When you add liquidity to a liquidity pool, for example in BUSD-WBNB one, you must provide quantities of both tokens by respecting the ratio $x^{\mathrm{BUSD}}/ x^{\mathrm{WBNB}}$ of tokens already in the pool. Why does this correspond to providing equal values (expressed in dollars for instance) of BUSD and WBNB? This is because otherwise, arbitrage between the prices of the tokens and the ratio of the pool is made possible. We make this arbitrage opportunity precise in this article, but first let us reformulate the problematic with numbers.

Let $p^{\mathrm{BUSD}}$ and $p^{\mathrm{WBNB}}$ be the respective prices of BUSD and WBNB expressed in dollars. If you have $Q$ dollars to invest in this liquidity and you split these dollars equally in BUSD and WBNB, then you obtain $\frac{Q}{2}\times \frac{1}{p^{\mathrm{BUSD}}}$ tokens BUSD $\frac{Q}{2}\times \frac{1}{p^{\mathrm{WBNB}}}$ tokens WBNB. The ratio of tokens you obtain is then $p^{\mathrm{WBNB}}/{p^{\mathrm{BUSD}}}$. The **arbitrage-free formula** then states that this ratio matches the ratio of the pool:

$\frac{p^{\mathrm{WBNB}}}{{p^{\mathrm{BUSD}}}}= \frac{x^{\mathrm{BUSD}}}{{x^{\mathrm{WBNB}}}}.$

The arbitrage-free formula is also equivalent to the following equation:

$p^{\mathrm{BUSD}} \times x^{\mathrm{BUSD}}= p^{\mathrm{WBNB}} \times x^{\mathrm{WBNB}}$

which means that inside the BUSD-WBNB pool, the total value of BUSD tokens equal the total value of WBNB tokens.

Recall the **swap formula** that expresses the output quantity $q_{output}$ of WBNB tokens obtained from swapping an input quantity $q_{input}$ tokens BUSD:

$q_{output}=\frac{(1-r)\times q_{input} \times x^{\mathrm{WBNB}} }{x^{\mathrm{BUSD}}+(1-r)\times q_{input}}$

In the absence of transaction fees ($r = 0$) and of slippage ($x^{\text{BUSD}} + q_{input} \approx x^{\text{BUSD}}$), the output quantity of WBNB would be:

$q_{output} = \frac{x^{\mathrm{WBNB}}}{x^{\mathrm{BUSD}}} q_{input}$

In other words, in the absence of slippage and transaction fees, the ratio $x^{\mathrm{WBNB}} /x^{\mathrm{BUSD}}$ gives the amount of WBNB you would get per BUSD. This ratio is called the *pool price of BUSD*. Similarly, $x^{\mathrm{BUSD}}/ x^{\mathrm{WBNB}}$is called the *pool price of WBNB*.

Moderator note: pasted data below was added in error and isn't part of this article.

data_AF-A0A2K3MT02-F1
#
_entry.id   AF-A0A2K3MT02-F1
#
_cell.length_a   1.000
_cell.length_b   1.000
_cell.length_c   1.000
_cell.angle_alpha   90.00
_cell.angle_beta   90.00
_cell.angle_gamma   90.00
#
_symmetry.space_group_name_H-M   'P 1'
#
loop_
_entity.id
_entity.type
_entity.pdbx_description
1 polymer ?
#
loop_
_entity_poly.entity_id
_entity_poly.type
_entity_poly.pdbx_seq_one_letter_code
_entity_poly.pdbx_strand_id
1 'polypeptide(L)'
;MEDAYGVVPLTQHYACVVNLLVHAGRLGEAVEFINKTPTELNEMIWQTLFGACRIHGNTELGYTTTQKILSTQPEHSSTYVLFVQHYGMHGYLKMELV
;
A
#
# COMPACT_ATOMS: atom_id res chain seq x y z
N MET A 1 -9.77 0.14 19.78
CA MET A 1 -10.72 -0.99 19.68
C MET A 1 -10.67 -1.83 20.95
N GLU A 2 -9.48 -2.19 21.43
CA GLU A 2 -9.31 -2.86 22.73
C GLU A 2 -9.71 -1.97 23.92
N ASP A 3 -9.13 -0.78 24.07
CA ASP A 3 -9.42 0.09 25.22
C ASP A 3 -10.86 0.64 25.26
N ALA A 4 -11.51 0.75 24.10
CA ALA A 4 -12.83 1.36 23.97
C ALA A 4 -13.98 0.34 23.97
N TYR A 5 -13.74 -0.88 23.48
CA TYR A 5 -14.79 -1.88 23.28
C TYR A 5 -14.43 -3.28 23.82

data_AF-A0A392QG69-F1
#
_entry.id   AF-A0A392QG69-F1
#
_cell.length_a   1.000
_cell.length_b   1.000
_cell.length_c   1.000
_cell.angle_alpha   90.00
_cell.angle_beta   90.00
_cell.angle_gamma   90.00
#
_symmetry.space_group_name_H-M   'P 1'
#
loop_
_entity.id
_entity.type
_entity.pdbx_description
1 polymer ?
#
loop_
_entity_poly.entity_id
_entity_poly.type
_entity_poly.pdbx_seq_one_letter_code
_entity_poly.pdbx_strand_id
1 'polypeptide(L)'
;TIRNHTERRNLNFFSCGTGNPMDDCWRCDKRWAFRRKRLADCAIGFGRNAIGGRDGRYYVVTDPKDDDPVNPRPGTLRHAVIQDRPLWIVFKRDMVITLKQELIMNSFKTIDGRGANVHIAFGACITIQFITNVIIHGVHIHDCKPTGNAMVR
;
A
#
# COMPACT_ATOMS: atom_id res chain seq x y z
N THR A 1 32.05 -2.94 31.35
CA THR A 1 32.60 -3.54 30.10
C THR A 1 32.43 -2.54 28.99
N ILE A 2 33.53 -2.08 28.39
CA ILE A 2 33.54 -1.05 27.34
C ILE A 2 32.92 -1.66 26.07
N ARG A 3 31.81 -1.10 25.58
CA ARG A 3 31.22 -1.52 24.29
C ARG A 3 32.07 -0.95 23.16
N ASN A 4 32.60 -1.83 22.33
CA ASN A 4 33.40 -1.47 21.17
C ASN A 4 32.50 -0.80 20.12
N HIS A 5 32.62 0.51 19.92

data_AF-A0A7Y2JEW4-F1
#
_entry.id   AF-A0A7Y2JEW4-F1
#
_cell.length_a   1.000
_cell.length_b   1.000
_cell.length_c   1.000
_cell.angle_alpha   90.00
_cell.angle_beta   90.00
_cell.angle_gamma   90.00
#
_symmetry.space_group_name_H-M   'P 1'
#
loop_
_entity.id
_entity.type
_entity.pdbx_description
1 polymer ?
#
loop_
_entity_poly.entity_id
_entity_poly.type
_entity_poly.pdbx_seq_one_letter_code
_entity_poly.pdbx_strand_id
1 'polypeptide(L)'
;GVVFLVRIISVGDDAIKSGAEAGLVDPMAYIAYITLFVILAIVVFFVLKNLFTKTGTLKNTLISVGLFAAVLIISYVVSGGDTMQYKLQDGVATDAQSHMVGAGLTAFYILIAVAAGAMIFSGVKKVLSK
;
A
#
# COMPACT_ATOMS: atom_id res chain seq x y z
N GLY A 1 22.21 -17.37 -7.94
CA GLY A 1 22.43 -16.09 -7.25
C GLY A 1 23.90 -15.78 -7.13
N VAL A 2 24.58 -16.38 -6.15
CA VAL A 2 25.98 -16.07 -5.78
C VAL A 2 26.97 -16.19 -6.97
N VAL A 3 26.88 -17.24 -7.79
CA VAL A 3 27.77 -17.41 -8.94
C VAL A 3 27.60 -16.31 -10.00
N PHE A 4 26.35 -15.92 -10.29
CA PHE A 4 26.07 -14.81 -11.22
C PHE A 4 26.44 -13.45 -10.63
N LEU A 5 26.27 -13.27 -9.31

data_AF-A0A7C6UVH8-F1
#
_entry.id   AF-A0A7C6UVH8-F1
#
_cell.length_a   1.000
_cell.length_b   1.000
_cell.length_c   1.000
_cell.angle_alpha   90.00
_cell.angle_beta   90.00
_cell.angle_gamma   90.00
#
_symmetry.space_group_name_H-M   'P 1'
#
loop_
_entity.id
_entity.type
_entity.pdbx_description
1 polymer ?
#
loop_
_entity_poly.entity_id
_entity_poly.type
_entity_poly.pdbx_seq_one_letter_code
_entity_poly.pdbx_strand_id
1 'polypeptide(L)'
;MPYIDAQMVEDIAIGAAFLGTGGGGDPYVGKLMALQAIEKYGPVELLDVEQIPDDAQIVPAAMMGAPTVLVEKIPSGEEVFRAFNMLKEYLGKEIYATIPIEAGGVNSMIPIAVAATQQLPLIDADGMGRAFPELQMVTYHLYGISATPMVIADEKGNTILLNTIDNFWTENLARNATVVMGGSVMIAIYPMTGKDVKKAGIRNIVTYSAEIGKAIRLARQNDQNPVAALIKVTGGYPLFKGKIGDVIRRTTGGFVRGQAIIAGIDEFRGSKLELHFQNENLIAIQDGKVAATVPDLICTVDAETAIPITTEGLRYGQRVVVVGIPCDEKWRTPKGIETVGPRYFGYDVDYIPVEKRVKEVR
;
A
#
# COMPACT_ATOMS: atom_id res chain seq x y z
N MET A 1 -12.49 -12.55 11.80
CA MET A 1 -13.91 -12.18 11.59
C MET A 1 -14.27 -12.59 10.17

So the **arbitrage-free formula** states that the pool price equals the ratio of the actual prices, expressed in dollars or any currency:

$\frac{x^{\mathrm{BUSD}}}{{x^{\mathrm{WBNB}}}} = \frac{p^{\mathrm{WBNB}}}{{p^{\mathrm{BUSD}}}}.$

When the arbitrage-free formula does not hold, there is a possibility of arbitrage.

Let's say for instance that $x^{\mathrm{BUSD}}/x^{\mathrm{WBNB}}>p^{\mathrm{WBNB}}/ p^{\mathrm{BUSD}}.$ With $p^{\mathrm{WBNB}}$ dollars you can buy 1 WBNB token. Using the price pool (without transaction fees and slippage), you can then swap the WBNB token in the pool to obtain $x^{\mathrm{BUSD}}/x^{\mathrm{WBNB}}$ tokens BUSD. Selling the BUSD tokens you get back $p^{\mathrm{BUSD}}\times x^{\mathrm{BUSD}}/x^{\mathrm{WBNB}}$ dollars, which is bigger than your initial investment $p^{\mathrm{WBNB}}$.

The case where $x^{\mathrm{BUSD}}/x^{\mathrm{WBNB}}<p^{\mathrm{WBNB}}/ p^{\mathrm{BUSD}}$ is symmetric: You can buy BUSD with dollars, then swap BUSD against WBNB using the pool and finally sell the resulting WBNB to obtain more dollars than you started with.